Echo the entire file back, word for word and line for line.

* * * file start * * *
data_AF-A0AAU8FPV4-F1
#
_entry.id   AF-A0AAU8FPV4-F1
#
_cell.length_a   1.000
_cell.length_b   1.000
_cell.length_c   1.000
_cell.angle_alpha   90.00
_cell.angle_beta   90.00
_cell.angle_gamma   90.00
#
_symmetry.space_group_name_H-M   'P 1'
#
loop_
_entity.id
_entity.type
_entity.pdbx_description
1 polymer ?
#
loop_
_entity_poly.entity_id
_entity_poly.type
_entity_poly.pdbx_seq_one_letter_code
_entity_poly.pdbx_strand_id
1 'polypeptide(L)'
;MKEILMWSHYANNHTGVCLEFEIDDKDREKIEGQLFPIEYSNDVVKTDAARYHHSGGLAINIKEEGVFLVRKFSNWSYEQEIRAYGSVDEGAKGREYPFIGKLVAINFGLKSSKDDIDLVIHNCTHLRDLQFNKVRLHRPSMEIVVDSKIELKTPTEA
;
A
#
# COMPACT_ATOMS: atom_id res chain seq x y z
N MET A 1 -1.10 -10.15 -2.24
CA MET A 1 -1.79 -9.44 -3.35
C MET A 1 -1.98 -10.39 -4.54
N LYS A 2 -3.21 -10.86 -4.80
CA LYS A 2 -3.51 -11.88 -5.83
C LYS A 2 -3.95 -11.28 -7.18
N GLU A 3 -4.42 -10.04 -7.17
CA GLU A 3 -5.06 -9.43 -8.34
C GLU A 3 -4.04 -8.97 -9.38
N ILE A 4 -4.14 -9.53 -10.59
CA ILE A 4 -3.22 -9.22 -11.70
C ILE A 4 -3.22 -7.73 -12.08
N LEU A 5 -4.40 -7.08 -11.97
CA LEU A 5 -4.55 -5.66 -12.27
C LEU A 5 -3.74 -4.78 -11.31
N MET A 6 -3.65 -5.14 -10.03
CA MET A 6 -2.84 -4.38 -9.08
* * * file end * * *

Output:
data_AF-A0AAU8FPV4-F1
#
_entry.id   AF-A0AAU8FPV4-F1
#
_cell.length_a   1.000
_cell.length_b   1.000
_cell.length_c   1.000
_cell.angle_alpha   90.00
_cell.angle_beta   90.00
_cell.angle_gamma   90.00
#
_symmetry.space_group_name_H-M   'P 1'
#
loop_
_entity.id
_entity.type
_entity.pdbx_description
1 polymer ?
#
loop_
_entity_poly.entity_id
_entity_poly.type
_entity_poly.pdbx_seq_one_letter_code
_entity_poly.pdbx_strand_id
1 'polypeptide(L)'
;MKEILMWSHYANNHTGVCLEFEIDDKDREKIEGQLFPIEYSNDVVKTDAARYHHSGGLAINIKEEGVFLVRKFSNWSYEQEIRAYGSVDEGAKGREYPFIGKLVAINFGLKSSKDDIDLVIHNCTHLRDLQFNKVRLHRPSMEIVVDSKIELKTPTEA
;
A
#
# COMPACT_ATOMS: atom_id res chain seq x y z
N MET A 1 -1.10 -10.15 -2.24
CA MET A 1 -1.79 -9.44 -3.35
C MET A 1 -1.98 -10.39 -4.54
N LYS A 2 -3.21 -10.86 -4.80
CA LYS A 2 -3.51 -11.88 -5.83
C LYS A 2 -3.95 -11.28 -7.18
N GLU A 3 -4.42 -10.04 -7.17
CA GLU A 3 -5.06 -9.43 -8.34
C GLU A 3 -4.04 -8.97 -9.38
N ILE A 4 -4.14 -9.53 -10.59
CA ILE A 4 -3.22 -9.22 -11.70
C ILE A 4 -3.22 -7.73 -12.08
N LEU A 5 -4.40 -7.08 -11.97
CA LEU A 5 -4.55 -5.66 -12.27
C LEU A 5 -3.74 -4.78 -11.31
N MET A 6 -3.65 -5.14 -10.03
CA MET A 6 -2.84 -4.38 -9.08